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About Anxiety


  1. What is Anxiety?
  2. What causes anxiety?
  3. Am I anxious?
  4. Panic disorder
  5. Obsessive-compulsive disorder
  6. Post-traumatic disorder
  7. Generalised Anxiety Disorder (GAD)
  8. Phobias
  9. Page 2: Anxiety Self Help

What is anxiety?

It's quite normal to feel afraid from time to time. We're probably all familiar with the 'butterflies' and shakiness that accompany feelings of fear. Most of us will feel a little afraid if we hear a strange noise outside the house at night, for example.

Fear passes quickly when we realise there's no threat. For example, if I go downstairs and discover the noise was caused by a cat knocking the bin over, my fear passes quickly.

Anxiety is a little different. We feel anxious when there's no real danger or threat. The feelings in the body are very similar, but feelings of anxiety are prolonged or disproportionate to the level of the threat.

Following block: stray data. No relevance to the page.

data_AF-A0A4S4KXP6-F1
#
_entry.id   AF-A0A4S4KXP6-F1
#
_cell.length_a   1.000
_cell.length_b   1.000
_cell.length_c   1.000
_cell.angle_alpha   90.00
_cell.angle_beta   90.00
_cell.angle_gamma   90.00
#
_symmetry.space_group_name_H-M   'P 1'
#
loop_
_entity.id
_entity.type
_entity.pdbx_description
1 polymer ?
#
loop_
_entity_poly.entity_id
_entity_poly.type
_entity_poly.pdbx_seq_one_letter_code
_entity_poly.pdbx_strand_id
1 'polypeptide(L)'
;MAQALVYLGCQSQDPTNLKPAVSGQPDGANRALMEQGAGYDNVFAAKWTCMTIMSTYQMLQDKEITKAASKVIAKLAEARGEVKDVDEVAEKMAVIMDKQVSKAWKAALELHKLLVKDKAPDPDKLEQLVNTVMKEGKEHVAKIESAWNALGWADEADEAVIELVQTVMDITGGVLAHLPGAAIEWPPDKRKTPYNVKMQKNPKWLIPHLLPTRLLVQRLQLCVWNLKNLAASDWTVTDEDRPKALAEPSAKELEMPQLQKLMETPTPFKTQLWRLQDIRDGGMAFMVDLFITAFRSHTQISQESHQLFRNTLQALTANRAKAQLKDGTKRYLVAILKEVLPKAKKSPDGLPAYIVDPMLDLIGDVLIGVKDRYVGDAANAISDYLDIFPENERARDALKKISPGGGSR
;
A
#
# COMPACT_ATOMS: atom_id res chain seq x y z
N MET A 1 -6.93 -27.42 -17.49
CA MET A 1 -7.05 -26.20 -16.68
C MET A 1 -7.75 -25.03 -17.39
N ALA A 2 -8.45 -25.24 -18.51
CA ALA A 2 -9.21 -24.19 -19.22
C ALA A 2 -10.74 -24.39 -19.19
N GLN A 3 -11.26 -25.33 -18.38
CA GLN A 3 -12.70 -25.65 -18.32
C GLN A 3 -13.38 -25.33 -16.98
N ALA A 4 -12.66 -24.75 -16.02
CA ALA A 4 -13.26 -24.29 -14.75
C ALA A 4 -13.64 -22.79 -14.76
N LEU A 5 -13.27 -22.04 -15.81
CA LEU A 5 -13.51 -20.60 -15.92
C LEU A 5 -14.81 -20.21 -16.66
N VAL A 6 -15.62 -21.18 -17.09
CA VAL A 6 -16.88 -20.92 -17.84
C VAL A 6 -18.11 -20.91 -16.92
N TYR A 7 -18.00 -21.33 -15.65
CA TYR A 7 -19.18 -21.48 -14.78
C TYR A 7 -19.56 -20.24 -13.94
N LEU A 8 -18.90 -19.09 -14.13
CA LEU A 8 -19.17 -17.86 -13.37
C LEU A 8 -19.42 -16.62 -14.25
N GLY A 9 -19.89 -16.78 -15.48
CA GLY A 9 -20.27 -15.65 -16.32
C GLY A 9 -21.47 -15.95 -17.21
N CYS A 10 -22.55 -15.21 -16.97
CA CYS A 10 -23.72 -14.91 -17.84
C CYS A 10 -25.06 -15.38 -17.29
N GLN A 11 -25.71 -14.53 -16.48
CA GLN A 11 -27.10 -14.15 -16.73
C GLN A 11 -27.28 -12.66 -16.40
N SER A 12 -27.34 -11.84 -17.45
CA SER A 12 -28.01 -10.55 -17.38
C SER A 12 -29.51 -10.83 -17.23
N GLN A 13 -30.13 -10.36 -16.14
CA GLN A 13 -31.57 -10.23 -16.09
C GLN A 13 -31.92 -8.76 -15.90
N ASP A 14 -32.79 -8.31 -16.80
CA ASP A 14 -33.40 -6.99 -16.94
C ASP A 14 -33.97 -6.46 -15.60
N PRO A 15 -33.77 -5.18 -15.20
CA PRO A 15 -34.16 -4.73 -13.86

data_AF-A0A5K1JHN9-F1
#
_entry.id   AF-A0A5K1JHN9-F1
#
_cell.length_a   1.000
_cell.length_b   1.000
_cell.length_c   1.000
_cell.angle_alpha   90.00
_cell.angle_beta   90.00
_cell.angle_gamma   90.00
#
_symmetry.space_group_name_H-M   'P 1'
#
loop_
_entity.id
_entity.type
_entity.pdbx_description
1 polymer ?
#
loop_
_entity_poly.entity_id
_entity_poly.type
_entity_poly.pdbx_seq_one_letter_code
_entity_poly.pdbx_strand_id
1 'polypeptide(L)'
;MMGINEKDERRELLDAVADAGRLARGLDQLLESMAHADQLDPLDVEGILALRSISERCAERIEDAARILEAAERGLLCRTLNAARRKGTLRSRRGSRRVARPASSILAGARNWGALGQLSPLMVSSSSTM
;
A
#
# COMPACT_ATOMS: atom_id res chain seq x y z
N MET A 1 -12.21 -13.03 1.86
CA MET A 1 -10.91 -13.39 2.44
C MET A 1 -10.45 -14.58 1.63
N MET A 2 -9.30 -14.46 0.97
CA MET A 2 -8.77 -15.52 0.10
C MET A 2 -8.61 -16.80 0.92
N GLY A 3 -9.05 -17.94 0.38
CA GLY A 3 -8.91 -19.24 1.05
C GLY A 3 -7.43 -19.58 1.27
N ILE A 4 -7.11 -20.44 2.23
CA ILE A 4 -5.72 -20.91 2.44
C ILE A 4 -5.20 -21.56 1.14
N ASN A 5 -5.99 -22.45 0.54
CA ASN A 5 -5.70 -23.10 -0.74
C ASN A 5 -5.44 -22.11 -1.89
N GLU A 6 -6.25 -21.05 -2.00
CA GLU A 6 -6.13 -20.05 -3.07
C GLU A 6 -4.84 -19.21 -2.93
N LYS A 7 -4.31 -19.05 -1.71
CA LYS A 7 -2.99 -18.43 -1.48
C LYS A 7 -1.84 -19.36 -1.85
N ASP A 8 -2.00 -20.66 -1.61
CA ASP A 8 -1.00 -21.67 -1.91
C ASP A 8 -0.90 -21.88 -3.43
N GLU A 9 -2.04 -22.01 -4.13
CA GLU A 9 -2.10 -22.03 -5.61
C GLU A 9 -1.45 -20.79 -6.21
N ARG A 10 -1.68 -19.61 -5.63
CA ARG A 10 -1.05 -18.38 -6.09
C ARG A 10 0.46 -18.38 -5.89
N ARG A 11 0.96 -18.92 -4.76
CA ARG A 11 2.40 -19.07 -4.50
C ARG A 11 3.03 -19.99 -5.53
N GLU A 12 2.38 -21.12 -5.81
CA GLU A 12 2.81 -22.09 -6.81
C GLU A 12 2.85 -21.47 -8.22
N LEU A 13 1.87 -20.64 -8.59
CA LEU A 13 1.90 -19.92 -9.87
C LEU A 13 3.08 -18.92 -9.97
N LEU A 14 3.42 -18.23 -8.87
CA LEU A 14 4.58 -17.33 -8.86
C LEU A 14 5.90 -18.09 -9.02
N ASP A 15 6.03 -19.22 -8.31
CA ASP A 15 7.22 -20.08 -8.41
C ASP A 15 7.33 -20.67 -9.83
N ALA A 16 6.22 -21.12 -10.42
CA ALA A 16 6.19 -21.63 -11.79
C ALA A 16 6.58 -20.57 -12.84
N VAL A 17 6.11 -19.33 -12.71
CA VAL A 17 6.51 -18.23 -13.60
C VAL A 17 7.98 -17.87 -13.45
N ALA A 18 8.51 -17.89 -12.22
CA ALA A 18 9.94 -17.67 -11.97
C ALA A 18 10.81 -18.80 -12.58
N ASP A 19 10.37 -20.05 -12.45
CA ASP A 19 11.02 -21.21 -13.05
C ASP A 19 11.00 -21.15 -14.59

For example, I might not be able to sleep, fearing I haven't locked all the doors. I might get up to check them several times, even though I remember locking them.

Sometimes we can become so anxious that we start avoiding things. Some people develop a phobia, or have to perform certain rituals such as counting or cleaning which can stop them getting on with day-to-day life.

When fear is very intense, when it goes on for too long or when it stops us getting on with life, we may have an anxiety disorder.

There are a number of different anxiety disorders. They include:

  • Panic disorder
  • Obsessive-compulsive disorder
  • Post-traumatic stress disorder
  • Generalised Anxiety Disorder
  • Social anxiety
  • Phobias

We'll look at each of these in turn a little later.

What causes anxiety?

We don't know for sure, but it's likely to be a combination of things. Our genes, our experiences and our outlook on life all play a part. Sometimes anxiety is triggered by things that happen to us, this is often stress or a trauma of some kind. Some people seem to be more prone to anxiety than others.

Am I anxious?

To check if you might have anxiety, have a look at these two questions. They are from a questionnaire called the GAD-2. It's designed to measure generalised anxiety, the most common anxiety disorder.